A dearth of marriagable men has left an “oversupply” of educated women taking desperate steps to preserve their fertility, experts say.What would we ever do without experts?
The first global study into egg freezing found that shortages of eligible men were the prime reason why women had attempted to take matters into their own hands.
Experts said “terrifying” demographic shifts had created a “deficit” of educated men and a growing problem of “leftover” professional women, with female graduates vastly outnumbering males in in many countries.
Might it be that after thirty years, the guys have figured out the code? "Cold Spring Shops is not an advice column, but gentlemen, if you ever hear 'I'm not ready for a commitment,' treat your situation as friends-with-benefits, no matter how desirable the benefits are." The ladies who were truthfully saying so are now in a position of having to freeze their eggs. It's not so much "leftover" as having pushed away potential keepers over the years. As far as those who were not truthfully saying so ... gold diggers come with warning signals, and perhaps the "not ready for commitment [until some rich real estate hustler comes along]" are OK with being traded in for a newer number in a few years. Good business for prenup-drafting lawyers and pshrinks, not so much for the spawn.
Prof Marcia Inhorn, Professor of Anthopolgy at Yale University, said professional women found themselves losing out in a game of “musical chairs” because there were simply too few men of the same calibre to go around.In China, sex-selection abortions are legal, and in higher education, "toxic masculinity" is a thing, and not the kind of thing that invocation thereof is going to turn a guy on, no matter how spectacular the lady's credentials otherwise are.
“There is a major gap - they are literally missing men. There are not enough college graduates for them. In simple terms, this is about an oversupply of educated women,” she said.
“In China they call them ‘left over women’. It sounds cold and callous but in demographic terms this is about missing men and left over women.”
The former President of the Society for Medical Anthropology said the women interviewed in the study were highly successful, with 81 per cent having a college degree.
“These are highly educated, very successful women and one after another they were saying they couldn’t find a partner. How could it be that all these amazing, attractive intelligent women were lamenting about their ability to find a partner?” she said.
“The answer comes in the demographics - growing disparities in the education levels of men and women.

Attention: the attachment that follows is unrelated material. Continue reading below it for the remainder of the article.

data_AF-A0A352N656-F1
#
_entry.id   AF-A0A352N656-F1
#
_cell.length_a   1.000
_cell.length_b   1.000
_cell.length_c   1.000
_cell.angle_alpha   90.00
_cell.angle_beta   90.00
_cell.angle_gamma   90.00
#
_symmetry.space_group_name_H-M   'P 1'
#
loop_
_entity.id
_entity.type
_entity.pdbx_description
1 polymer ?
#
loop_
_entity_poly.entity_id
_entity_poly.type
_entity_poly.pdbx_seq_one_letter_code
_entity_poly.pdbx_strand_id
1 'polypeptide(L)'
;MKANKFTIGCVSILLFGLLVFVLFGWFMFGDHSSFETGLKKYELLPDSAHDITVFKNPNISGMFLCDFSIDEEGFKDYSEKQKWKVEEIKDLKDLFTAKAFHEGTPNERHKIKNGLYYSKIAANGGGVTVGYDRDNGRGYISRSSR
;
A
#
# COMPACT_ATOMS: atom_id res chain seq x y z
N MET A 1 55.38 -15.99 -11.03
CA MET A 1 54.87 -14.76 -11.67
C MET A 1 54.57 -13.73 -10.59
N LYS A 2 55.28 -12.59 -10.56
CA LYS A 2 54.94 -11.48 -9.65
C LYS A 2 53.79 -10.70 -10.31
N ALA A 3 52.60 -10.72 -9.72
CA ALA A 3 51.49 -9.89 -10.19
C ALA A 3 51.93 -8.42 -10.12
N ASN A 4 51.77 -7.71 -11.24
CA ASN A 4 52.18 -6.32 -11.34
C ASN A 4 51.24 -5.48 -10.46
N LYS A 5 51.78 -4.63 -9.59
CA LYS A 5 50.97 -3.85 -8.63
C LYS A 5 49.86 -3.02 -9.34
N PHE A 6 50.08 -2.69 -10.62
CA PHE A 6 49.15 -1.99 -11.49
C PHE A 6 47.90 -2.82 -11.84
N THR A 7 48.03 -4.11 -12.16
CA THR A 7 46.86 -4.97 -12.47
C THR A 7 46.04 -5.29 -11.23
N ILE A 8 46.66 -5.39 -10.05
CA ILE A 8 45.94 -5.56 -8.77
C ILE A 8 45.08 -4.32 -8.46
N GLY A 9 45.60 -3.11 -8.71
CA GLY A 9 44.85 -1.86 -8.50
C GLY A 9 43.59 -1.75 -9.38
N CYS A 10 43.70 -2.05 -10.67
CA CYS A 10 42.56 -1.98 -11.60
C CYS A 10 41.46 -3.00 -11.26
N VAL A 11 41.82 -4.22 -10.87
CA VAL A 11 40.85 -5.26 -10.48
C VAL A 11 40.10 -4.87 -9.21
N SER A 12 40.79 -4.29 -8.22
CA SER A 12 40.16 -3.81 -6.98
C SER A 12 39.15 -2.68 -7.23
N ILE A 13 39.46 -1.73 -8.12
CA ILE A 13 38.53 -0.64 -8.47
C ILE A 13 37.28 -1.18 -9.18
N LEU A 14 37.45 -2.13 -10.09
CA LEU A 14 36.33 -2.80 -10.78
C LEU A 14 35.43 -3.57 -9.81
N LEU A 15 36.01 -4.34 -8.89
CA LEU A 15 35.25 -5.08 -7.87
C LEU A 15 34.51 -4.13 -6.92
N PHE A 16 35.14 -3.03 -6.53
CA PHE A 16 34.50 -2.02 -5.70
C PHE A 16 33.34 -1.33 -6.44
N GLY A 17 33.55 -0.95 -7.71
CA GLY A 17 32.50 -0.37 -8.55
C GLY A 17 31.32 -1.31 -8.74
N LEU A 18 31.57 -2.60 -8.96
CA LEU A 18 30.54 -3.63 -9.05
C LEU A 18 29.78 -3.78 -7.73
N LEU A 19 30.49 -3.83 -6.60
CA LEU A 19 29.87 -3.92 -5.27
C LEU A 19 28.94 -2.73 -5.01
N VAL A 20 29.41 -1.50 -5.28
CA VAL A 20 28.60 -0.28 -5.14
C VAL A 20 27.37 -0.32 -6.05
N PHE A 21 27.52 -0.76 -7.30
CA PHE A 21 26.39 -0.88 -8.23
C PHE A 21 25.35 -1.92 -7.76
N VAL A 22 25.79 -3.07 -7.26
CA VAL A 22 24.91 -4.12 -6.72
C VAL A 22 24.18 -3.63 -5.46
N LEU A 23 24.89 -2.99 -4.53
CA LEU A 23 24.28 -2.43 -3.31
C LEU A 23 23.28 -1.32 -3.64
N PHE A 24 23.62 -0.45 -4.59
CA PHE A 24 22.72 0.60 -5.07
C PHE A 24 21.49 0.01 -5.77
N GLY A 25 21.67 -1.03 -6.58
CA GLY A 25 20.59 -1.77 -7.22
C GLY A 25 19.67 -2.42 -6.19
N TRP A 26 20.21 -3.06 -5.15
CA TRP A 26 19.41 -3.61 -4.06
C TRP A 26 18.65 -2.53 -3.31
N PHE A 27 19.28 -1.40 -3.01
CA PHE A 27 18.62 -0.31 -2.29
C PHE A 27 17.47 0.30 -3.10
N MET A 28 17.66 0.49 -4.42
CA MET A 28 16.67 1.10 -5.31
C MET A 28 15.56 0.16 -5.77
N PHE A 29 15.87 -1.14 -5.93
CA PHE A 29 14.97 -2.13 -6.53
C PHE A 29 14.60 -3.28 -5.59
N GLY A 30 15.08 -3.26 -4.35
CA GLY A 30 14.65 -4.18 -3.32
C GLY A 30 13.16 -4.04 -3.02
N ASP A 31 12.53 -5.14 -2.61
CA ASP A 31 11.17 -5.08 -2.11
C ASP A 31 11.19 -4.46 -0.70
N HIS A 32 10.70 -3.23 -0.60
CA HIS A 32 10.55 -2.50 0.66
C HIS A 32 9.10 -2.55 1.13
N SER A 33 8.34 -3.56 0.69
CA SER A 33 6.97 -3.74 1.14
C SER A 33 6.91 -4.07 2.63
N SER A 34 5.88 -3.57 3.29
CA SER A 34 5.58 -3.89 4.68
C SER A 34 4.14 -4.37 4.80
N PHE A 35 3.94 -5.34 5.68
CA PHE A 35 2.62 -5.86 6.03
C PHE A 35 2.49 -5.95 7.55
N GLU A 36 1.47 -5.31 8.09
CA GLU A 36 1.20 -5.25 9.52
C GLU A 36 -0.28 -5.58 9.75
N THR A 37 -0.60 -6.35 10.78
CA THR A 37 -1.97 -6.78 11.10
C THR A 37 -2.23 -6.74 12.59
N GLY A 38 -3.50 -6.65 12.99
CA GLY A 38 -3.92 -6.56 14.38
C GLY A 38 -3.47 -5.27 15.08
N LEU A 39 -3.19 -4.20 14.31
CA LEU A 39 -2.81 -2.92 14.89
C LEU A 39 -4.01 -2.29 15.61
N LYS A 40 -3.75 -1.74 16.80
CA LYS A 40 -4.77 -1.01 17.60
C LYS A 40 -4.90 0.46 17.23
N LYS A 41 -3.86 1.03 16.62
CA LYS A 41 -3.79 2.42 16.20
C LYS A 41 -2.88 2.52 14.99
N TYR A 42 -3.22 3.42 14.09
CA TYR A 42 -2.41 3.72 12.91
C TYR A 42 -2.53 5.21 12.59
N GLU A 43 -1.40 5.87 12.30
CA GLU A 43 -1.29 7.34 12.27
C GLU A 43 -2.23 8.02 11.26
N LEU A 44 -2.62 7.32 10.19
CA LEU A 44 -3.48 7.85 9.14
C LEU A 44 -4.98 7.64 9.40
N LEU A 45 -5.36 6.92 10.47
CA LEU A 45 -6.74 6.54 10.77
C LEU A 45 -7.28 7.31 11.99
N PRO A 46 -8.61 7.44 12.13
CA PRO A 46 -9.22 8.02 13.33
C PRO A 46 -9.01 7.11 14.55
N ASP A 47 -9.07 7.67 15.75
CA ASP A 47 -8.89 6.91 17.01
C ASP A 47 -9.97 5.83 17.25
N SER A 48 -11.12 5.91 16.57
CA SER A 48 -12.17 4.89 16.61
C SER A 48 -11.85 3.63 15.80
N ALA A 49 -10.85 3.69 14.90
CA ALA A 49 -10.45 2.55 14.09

Heat Street's Martin Daubney asks, "Is feminism’s greatest victory – equality in the workplace – starting to look like a bauble if the kickback is the prospect of loneliness and childlessness?" Don't say I didn't warn you.
But I was probably too restrained. Here's Mr Daubney.
[Men] are growing wary of women who have decided “I’m ready!” What man wants to go straight from Tinder to the kid’s section of IKEA without a few years’ fun first? It’s sensible, risk avoidance: making sure she’s mother material. Only she doesn’t want to wait, ‘cos fertility. So, men avoid them.It might be, though, that the hamster wheel is no longer the only job description. Maybe, in Germany, it's subsidized child care. (Or perhaps demographics?)
We’re all increasingly making more informed choices later in life – so it’s a bit rich to claim it’s a bad thing when men do it. You can’t have it both ways, ladies.
Instead, these men are increasingly dating younger women, not because they’re shallow sexists, but because they don’t want to have children yet. Again, their body, their choice, doubly so when their reproductive clocks can be ticking strong as they turn into grandfather clocks (see: Ronnie Wood, Rod Stewart, etc)
The report next blames “terrifying” demographic shifts and “sweeping social changes,” and here they’re onto something.
With unexpected irony, the gender education gap – girls and women now outperform boys and men at every level of education from kindergarten to college – is suddenly a problem for women, too.
Not because these entitled careerists suddenly care that, increasingly, boys are destined for a life of servitude, performing the low-paid, dangerous jobs nobody else wants.
But because they can’t get laid by a graduate.
It’s almost funny.
Among university-educated women between the ages of 40 to 44 surveyed, 25 percent had no children - 3 percentage points lower than the 28 percent recorded in 2012.Terms of employment are likely to change long before they're codified at law.
The study suggests that the decreasing rate of childlessness is due in part to improved conditions for the balance of work and family, in particular better child care offerings. The report authors state that this hypothesis is confirmed by the simultaneous increase in working mothers over the last eight years.
Among mothers whose youngest child was age two, this percentage increased to 58 percent who had jobs. But in 2008, working mums made up less than half of this same category at 46 percent.
The report also found that university-educated women are more quickly jumping back into their careers than they were eight years ago. In 2016, 58 percent of such mothers started working again when their youngest child reached age one, while 54 percent did the same in 2008.
Additionally, 19 percent of academics with one-year-olds started working again full-time. In 2008, 16 percent did the same.
For years, experts have feared a shrinking German population in the future - even with immigration - due to the long-term trend of death rates outstripping birth rates.
The corrective to second- and third-wave feminist excess may come late for me, but come it will.
Welcome, Chicago Boyz readers.